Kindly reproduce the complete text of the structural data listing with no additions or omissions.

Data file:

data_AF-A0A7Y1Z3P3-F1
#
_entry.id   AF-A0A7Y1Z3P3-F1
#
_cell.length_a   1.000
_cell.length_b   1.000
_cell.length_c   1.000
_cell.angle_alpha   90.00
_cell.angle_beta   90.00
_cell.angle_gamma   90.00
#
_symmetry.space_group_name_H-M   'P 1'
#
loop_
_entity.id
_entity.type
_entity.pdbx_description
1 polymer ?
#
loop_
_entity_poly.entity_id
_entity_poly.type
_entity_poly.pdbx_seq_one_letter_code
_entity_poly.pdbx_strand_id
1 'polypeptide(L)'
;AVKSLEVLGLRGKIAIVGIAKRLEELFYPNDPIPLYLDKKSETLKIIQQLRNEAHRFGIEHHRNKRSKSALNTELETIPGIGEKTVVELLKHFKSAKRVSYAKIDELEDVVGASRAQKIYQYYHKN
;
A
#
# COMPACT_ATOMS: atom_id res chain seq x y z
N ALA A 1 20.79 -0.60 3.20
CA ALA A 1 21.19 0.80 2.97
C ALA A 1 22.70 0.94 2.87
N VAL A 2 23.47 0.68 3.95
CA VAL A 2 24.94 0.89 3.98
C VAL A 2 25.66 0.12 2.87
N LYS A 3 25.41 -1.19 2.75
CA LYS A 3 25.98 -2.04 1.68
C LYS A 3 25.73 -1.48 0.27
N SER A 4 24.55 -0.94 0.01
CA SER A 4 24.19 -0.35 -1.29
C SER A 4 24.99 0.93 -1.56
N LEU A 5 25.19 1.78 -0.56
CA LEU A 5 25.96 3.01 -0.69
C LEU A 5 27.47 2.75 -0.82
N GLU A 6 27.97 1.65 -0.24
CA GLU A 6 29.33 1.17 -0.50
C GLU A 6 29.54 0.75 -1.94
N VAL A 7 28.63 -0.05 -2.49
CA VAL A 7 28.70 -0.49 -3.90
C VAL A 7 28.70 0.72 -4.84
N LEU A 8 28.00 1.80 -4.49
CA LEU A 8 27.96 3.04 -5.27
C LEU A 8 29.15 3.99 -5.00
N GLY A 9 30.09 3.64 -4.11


data_AF-A0A7Y1Z3P3-F1
#
_entry.id   AF-A0A7Y1Z3P3-F1
#
_cell.length_a   1.000
_cell.length_b   1.000
_cell.length_c   1.000
_cell.angle_alpha   90.00
_cell.angle_beta   90.00
_cell.angle_gamma   90.00
#
_symmetry.space_group_name_H-M   'P 1'
#
loop_
_entity.id
_entity.type
_entity.pdbx_description
1 polymer ?
#
loop_
_entity_poly.entity_id
_entity_poly.type
_entity_poly.pdbx_seq_one_letter_code
_entity_poly.pdbx_strand_id
1 'polypeptide(L)'
;AVKSLEVLGLRGKIAIVGIAKRLEELFYPNDPIPLYLDKKSETLKIIQQLRNEAHRFGIEHHRNKRSKSALNTELETIPGIGEKTVVELLKHFKSAKRVSYAKIDELEDVVGASRAQKIYQYYHKN
;
A
#
# COMPACT_ATOMS: atom_id res chain seq x y z
N ALA A 1 20.79 -0.60 3.20
CA ALA A 1 21.19 0.80 2.97
C ALA A 1 22.70 0.94 2.87
N VAL A 2 23.47 0.68 3.95
CA VAL A 2 24.94 0.89 3.98
C VAL A 2 25.66 0.12 2.87
N LYS A 3 25.41 -1.19 2.75
CA LYS A 3 25.98 -2.04 1.68
C LYS A 3 25.73 -1.48 0.27
N SER A 4 24.55 -0.94 0.01
CA SER A 4 24.19 -0.35 -1.29
C SER A 4 24.99 0.93 -1.56
N LEU A 5 25.19 1.78 -0.56
CA LEU A 5 25.96 3.01 -0.69
C LEU A 5 27.47 2.75 -0.82
N GLU A 6 27.97 1.65 -0.24
CA GLU A 6 29.33 1.17 -0.50
C GLU A 6 29.54 0.75 -1.94
N VAL A 7 28.63 -0.05 -2.49
CA VAL A 7 28.70 -0.49 -3.90
C VAL A 7 28.70 0.72 -4.84
N LEU A 8 28.00 1.80 -4.49
CA LEU A 8 27.96 3.04 -5.27
C LEU A 8 29.15 3.99 -5.00
N GLY A 9 30.09 3.64 -4.11